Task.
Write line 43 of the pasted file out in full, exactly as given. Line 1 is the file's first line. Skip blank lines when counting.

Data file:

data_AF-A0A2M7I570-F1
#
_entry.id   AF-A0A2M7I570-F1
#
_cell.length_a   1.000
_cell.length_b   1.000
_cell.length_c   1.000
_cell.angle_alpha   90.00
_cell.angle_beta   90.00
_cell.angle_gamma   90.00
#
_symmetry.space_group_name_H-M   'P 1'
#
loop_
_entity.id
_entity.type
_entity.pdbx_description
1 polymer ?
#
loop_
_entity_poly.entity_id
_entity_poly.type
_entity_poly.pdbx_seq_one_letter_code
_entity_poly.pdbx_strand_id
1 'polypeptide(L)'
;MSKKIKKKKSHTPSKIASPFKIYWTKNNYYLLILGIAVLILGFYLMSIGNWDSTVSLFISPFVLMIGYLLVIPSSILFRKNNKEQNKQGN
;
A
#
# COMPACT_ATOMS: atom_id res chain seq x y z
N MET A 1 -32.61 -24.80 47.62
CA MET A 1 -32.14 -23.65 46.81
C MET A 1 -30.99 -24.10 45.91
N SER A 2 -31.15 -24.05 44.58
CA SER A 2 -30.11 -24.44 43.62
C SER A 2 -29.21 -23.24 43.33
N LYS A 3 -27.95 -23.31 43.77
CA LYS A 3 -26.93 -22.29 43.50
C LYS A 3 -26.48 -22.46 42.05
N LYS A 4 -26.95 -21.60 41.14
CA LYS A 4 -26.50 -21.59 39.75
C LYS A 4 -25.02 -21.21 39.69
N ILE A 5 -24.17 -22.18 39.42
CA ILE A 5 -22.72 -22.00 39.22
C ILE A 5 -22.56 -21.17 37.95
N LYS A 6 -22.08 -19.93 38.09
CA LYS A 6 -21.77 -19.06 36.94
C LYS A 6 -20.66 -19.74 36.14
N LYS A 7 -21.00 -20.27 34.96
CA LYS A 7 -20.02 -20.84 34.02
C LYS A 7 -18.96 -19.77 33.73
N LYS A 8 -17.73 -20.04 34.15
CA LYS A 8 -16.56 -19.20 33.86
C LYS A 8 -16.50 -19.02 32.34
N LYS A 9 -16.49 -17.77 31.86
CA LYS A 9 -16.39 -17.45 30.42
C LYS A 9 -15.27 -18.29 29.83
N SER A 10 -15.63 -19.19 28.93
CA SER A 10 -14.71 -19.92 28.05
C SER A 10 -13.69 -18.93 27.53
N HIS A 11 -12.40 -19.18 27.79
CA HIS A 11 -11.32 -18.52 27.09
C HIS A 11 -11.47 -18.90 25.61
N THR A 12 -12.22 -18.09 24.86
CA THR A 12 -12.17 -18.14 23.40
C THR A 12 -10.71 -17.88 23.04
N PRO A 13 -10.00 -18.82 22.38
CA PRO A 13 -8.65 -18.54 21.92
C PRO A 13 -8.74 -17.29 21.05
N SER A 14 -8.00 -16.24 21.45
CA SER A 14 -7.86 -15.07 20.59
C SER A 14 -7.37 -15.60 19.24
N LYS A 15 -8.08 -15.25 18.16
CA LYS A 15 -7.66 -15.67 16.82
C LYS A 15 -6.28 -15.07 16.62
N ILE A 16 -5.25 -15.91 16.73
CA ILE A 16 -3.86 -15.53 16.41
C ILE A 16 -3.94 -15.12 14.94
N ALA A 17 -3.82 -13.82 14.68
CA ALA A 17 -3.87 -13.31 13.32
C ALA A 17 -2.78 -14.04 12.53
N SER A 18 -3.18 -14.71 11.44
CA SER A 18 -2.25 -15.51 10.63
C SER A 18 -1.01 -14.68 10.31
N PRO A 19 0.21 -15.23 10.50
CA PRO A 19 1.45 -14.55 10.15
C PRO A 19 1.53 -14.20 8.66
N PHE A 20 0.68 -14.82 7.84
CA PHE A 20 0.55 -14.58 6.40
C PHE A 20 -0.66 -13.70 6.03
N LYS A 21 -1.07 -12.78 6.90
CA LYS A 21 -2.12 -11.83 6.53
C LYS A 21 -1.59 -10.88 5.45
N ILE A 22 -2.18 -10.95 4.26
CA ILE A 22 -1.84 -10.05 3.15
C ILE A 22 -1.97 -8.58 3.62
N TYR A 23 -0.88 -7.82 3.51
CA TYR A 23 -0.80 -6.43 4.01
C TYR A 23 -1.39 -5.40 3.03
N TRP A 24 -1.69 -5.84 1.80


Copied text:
N ILE A 5 -24.17 -22.18 39.42